Down syndrome causes intellectual disability, but Cerebral Palsy may cause this as well. A child with Cerebral Palsy may also struggle with learning disabilities or behavioral disorders that make learning more difficult. For both conditions, parents need plan for early educational interventions that will make it easier for their child to learn and be successful in school.

 

A child with either or both conditions is also likely to face social challenges. It can be difficult to fit in with peers when a child looks and acts differently. Parents can face this challenge head-on by getting their child involved in social activities early, helping them to learn social skills and make friends. Early recreational activities also help with socialization and boost self-confidence.

 

Each Condition Has Unique Challenges

 

While there are many similarities and overlapping challenges, a child with one condition or the other will also have unique issues. Down syndrome, for instance, may cause certain health problems, like heart conditions, eye conditions, ear infections, and sleep apnea. A child may have one or more of these conditions.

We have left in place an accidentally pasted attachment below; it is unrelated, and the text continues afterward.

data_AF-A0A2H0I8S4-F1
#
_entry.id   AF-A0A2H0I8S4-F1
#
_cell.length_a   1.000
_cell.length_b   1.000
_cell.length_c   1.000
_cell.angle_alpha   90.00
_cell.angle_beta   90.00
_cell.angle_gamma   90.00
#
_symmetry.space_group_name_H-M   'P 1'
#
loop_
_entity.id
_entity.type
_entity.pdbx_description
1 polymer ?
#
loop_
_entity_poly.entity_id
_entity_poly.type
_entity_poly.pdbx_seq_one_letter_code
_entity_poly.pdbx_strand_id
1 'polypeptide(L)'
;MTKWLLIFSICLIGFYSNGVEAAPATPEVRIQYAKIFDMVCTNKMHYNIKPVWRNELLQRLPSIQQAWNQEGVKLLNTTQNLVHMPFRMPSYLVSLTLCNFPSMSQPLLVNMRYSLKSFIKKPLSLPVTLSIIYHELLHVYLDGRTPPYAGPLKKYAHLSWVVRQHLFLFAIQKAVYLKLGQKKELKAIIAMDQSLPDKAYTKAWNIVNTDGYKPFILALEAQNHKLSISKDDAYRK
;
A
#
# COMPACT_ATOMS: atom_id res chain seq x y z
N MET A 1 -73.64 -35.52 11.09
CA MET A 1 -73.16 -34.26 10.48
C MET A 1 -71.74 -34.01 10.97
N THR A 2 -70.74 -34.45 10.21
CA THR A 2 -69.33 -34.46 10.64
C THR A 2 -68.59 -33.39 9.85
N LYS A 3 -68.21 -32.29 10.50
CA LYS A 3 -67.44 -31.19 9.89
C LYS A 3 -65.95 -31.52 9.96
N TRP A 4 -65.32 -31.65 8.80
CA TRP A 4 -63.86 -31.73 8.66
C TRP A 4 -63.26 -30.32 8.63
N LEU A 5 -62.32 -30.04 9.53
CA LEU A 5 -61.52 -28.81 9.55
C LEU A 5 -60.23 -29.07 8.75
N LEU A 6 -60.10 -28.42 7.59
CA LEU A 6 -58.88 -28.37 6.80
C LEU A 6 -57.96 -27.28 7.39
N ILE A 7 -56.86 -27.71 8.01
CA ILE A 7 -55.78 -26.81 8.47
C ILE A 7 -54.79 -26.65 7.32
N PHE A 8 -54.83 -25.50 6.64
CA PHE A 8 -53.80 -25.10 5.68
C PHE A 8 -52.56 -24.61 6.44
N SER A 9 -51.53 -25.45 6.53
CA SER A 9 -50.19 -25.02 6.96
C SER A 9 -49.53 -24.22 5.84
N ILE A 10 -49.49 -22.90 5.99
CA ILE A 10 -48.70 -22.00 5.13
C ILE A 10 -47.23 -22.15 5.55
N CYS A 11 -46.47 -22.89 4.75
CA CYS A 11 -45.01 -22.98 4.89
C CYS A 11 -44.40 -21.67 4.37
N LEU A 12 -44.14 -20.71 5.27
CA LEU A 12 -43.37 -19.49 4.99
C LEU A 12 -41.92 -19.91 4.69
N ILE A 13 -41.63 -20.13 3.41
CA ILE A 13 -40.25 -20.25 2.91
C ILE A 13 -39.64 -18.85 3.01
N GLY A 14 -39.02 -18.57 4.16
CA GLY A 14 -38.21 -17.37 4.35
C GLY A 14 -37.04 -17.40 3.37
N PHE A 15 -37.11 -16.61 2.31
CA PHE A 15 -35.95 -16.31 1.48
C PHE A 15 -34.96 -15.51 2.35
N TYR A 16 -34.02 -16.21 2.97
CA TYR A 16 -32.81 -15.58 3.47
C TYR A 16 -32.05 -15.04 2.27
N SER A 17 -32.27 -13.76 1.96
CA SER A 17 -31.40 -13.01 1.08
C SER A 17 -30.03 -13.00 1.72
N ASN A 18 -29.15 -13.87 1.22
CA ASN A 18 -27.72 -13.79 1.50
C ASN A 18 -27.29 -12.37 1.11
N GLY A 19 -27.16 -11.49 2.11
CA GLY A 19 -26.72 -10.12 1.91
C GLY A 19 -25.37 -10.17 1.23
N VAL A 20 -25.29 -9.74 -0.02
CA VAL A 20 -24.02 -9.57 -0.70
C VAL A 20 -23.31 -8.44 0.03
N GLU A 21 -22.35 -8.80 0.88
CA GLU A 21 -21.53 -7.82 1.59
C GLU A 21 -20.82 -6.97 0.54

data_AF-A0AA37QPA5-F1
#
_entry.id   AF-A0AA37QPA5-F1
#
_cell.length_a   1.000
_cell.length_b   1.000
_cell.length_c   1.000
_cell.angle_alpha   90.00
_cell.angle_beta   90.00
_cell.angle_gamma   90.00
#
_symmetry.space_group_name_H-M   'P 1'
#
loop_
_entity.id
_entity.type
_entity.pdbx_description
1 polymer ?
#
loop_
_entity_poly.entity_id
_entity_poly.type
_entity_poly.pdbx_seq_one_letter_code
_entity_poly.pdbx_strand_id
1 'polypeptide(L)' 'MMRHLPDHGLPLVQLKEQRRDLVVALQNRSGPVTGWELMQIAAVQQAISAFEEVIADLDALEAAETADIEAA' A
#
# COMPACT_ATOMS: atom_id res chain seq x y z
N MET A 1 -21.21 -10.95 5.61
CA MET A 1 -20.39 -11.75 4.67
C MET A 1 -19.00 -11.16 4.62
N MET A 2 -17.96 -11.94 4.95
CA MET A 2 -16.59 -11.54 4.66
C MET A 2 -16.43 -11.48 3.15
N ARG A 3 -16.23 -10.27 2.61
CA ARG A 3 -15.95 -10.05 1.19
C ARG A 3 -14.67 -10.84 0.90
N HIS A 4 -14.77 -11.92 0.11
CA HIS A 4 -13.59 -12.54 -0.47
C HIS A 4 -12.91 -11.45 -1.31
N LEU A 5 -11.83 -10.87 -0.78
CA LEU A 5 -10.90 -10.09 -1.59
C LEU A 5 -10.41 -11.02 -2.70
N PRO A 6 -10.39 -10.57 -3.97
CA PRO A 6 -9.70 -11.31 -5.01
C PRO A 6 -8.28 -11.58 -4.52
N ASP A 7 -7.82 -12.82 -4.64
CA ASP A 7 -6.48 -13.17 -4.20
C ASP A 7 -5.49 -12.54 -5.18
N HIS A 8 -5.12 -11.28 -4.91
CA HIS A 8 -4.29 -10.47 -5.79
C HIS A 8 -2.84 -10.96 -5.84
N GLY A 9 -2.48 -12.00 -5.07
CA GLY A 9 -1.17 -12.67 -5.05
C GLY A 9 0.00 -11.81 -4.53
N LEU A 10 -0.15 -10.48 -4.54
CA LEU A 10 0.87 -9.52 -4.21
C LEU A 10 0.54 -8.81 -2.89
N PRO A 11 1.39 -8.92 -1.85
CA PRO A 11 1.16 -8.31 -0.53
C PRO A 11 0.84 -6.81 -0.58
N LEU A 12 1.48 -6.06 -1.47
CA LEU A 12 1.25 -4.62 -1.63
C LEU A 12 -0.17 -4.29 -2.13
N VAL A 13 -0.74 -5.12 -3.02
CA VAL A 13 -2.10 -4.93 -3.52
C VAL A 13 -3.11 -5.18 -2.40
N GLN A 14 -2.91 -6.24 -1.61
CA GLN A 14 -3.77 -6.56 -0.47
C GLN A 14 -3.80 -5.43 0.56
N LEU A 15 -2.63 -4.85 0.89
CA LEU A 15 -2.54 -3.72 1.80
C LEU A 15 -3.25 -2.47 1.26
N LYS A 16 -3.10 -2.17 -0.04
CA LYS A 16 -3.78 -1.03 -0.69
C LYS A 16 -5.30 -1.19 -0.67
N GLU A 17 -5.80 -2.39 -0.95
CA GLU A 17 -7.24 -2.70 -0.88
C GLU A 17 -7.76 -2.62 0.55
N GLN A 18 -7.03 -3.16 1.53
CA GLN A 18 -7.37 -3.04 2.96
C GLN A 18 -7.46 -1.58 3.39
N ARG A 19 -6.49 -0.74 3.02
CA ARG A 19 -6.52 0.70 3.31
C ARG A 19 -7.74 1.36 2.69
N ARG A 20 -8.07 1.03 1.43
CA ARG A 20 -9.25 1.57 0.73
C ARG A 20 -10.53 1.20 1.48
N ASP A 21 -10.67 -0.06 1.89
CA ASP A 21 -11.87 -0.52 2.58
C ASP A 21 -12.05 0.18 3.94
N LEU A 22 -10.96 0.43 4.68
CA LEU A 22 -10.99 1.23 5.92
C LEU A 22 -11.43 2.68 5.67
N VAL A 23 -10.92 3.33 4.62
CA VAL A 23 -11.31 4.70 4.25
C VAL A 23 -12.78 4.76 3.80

Cerebral Palsy is particularly challenging in that it can cause a huge range of complications and is less predictable. Possible complications include vision loss, hearing loss, seizures, difficulty swallowing, inability to walk, joint pain, gastrointestinal issues, and much more. A big challenge of Cerebral Palsy is identifying and addressing each complication.

 

Another unique aspect of Cerebral Palsy is that it may be difficult to determine the exact contributing cause. Most common causes are congenital, meaning it occurs before or during birth. Acquired Cerebral Palsy is less common and may be caused by an infection or brain injury during birth. If this is the case, it usually presents itself within the first 28 days of life. It may be possible that a medical mistake occurred. This medical negligence adds an extra layer of frustration for parents, who then must decide, if applicable, if it is worthwhile to spend time and money in a legal fight or dispute against the responsible medical professional.